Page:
On a bright August morning, GGP Inc., one of the country's largest mall operators, did the unthinkable. It broke ground on a new shopping mall, a seemingly risky bet in a world where retailers are closing hundreds of stores and malls across the country are trying to reinvent themselves.It could be one of the last enclosed malls ever built in the U.S.
"We're not building any more," said GGP Chief Executive Sandeep Mathrani. "This could be it for a long period of time."
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Other real-estate developers, landlords and analysts agree. "No one is building enclosed regional malls today," said Stephen Lebovitz, chief executive of mall owner CBL & Associates Properties Inc. "All the development is redevelopment of existing centers."
With the SoNo Collection, as the new mall will be called when it opens in 2019, GGP saw an opening to fill what it deemed an underserved area in Norwalk, Conn., about 50 miles north of New York City.
The $525 million project, which the mall operator began planning in 2013, will be anchored by Nordstrom and Bloomingdale's and house 80 to 100 smaller stores, including as many as 10 restaurants and potentially a health club. One change from malls of the past: there will be far fewer apparel retailers. GGP has pre-leased about 60% of the available space.
"There are very few markets in America that have holes," said Mr. Mathrani, whose company owns 126 retail properties.
Norwalk is part of Connecticut's Gold Coast, so named for the affluent towns along the Long Island sound. A third of the households within a 15-mile radius of the project have a net worth of $500,000 or more, according to ESRI, a geographic mapping company.
The new mall could be bad news for other nearby centers. DJ Busch, an analyst with real-estate research firm Green Street Advisors, expects the SoNo to pull shoppers from malls in Stamford, Danbury and Trumbull, all of which are located in the same Fairfield County.
"It's not like the area is aching for new retail," he said.
Mr. Mathrani said the SoNo will have higher quality stores than those malls. He expects the new mall's sales to reach $800 a square foot, which would put it among the top performing malls in the country.
"It will have some impact on our mall as it will on everything in the market," said William Taubman, the chief operating officer of Taubman Centers Inc., which owns the Stamford Town Center.
But he added that the SoNo's real competition will be the tony shopping districts of Westport and Greenwich, which include a Saks Fifth Avenue department store and specialty retailers such as Vince and Theory.
A spokeswoman for Macerich Co., which owns the Danbury Fair Mall, said its trade area has minimal overlap with the SoNo. A spokeswoman for Westfield Corp., owner of the Trumbull mall, declined to comment.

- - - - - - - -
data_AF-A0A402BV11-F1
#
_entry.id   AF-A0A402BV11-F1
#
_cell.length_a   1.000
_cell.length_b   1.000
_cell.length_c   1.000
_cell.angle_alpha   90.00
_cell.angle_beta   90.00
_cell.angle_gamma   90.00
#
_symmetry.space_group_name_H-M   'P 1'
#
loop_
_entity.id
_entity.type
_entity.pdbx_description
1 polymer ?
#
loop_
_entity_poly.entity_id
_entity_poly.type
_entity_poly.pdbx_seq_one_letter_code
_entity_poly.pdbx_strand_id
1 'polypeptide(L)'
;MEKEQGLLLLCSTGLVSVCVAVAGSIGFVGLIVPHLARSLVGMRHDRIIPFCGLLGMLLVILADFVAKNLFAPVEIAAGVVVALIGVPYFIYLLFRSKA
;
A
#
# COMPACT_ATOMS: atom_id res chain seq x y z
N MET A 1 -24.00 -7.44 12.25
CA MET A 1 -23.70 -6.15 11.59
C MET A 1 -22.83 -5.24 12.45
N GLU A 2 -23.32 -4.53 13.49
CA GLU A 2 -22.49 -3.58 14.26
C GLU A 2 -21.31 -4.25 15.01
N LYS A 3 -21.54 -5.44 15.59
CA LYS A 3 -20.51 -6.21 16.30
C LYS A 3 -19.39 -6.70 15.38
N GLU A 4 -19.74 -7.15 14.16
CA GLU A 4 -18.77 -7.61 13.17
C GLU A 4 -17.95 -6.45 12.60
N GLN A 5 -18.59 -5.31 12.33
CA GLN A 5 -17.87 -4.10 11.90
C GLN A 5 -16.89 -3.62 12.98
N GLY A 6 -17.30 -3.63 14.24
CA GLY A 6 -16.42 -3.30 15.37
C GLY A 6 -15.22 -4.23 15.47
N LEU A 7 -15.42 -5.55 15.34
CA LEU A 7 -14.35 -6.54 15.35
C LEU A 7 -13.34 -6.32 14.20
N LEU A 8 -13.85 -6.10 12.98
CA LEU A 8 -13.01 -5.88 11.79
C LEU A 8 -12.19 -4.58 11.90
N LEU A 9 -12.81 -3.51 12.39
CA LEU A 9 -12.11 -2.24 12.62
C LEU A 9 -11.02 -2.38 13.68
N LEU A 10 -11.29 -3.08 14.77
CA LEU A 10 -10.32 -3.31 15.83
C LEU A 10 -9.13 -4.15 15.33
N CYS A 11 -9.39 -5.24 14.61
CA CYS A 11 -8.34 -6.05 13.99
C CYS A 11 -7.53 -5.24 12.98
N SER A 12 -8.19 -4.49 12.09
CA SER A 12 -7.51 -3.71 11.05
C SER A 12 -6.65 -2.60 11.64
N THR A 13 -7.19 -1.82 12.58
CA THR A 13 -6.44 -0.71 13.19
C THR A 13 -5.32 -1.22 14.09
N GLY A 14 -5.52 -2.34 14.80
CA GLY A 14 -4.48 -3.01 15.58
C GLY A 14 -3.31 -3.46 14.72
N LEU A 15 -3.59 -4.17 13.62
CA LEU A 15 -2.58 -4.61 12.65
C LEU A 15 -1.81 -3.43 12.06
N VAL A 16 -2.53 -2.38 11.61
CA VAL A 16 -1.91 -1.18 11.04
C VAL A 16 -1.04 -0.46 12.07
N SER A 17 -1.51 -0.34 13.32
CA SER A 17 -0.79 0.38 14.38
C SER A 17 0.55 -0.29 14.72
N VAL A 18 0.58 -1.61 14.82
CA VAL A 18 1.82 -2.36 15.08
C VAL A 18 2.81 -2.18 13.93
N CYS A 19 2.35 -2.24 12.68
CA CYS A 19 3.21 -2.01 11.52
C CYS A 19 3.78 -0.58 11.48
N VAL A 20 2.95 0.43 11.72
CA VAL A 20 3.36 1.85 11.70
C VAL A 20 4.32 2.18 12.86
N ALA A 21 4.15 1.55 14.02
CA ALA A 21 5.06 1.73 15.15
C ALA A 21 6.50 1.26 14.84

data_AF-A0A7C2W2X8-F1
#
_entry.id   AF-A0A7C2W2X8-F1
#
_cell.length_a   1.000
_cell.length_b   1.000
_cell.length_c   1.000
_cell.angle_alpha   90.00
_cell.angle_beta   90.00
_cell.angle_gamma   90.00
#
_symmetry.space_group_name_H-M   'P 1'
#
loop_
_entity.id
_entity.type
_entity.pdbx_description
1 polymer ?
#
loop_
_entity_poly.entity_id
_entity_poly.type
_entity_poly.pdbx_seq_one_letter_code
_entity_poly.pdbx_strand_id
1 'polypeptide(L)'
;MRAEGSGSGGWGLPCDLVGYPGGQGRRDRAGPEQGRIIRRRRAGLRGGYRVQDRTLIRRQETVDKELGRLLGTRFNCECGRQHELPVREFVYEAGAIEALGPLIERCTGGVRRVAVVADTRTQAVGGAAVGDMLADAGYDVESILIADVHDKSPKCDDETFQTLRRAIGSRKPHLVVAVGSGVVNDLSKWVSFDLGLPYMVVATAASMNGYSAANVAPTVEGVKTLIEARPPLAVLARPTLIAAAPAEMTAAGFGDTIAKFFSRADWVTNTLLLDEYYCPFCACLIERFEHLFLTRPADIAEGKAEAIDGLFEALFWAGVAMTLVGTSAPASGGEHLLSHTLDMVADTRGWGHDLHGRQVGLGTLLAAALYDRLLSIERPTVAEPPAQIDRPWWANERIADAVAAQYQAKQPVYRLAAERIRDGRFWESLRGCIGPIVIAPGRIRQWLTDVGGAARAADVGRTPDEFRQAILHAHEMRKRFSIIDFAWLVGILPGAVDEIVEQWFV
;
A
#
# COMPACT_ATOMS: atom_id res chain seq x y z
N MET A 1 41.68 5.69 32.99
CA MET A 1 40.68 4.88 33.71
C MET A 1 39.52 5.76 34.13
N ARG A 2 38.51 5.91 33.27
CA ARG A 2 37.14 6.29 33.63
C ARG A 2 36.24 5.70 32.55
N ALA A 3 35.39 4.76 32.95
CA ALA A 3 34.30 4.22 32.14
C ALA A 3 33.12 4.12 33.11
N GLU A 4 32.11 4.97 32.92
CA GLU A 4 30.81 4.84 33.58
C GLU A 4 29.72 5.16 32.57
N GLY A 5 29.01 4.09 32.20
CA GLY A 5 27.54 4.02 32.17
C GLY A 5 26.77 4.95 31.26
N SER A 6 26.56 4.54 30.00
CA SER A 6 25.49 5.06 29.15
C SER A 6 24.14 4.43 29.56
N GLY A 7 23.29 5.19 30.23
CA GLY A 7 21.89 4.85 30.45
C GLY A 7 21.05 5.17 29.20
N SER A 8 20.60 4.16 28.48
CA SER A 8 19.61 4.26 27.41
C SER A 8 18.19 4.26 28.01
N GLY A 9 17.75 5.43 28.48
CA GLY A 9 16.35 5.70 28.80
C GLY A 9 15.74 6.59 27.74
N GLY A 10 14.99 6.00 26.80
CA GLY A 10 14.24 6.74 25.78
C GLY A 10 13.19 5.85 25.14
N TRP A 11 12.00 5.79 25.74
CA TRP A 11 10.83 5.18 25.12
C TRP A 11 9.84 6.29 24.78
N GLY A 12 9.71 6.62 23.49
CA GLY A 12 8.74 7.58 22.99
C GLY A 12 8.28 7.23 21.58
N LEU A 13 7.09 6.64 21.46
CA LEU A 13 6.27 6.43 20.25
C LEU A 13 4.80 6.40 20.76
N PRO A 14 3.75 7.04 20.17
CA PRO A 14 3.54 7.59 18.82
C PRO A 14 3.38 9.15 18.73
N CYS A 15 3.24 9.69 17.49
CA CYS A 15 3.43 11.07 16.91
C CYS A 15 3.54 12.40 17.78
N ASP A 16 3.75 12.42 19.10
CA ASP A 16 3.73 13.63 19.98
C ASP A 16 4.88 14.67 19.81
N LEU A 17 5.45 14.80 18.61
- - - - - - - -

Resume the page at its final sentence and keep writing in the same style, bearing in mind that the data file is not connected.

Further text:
U.S. mall development peaked in the 1970s and has steadily declined. Just six large malls were built between 2006 and 2015, compared with 54 during the previous decade, according to Green Street.
Mr. Mathrani said the death of shopping malls has been exaggerated. GGP has leased nearly 10 million square feet so far this year, up from 9.5 million for all of 2016. But he concedes there is a wide variance between the top-rated malls and weaker properties. For instance, foot traffic rose 1.4% at GGP's high-end A malls for the first six months of the year, but was flat at its midtier B malls.
Rather than building new centers, mall owners are spending to redevelop existing properties, often by replacing aging or troubled chains such as Sears Holdings Corp. and Macy's Inc. with discount stores, movie theaters and grocers that are better drivers of foot traffic.
One exception is the American Dream Meadowlands project in N. J., which is under construction and expected to be completed in 2019. But with more than half its space leased to entertainment, including a DreamWorks water park and a Nickelodeon theme park, it goes out of its way not to call itself a mall.
GGP is also upending the standard formula. Only about 30% of the SoNo mall will contain retail chains, reflecting a shift in shopper spending away from clothing toward beauty, health and fitness and entertainment.
The developer had to make other adjustments as well. It abandoned a proposed hotel and it changed the definition of "anchor" to give it the option at some time in the future to replace Nordstrom and Bloomingdale's with tenants such as a supermarket or sporting goods chain.
Some residents are less than thrilled about the prospect of a new mall in their neighborhood.
"Everywhere you look it seems that retail is struggling," said Margaret Kozlark, a 52-year-old who lives in Norwalk. "I'm the target shopper and I don't go to malls anymore."
City officials also had some reservations, but they were won over by the promise of tax revenue and the creation of 2,500 jobs, which would make the SoNo mall Norwalk's largest employer, beating out an operator of local hospitals.
"There was concern about building a mall," said Bruce Kimmel, a Norwalk city council member, "but we went through the demographic data and decided it was worth it."
Write to Suzanne Kapner at Suzanne.Kapner@wsj.com
(END) Dow Jones Newswires
October 24, 2017 07:14 ET (11:14 GMT)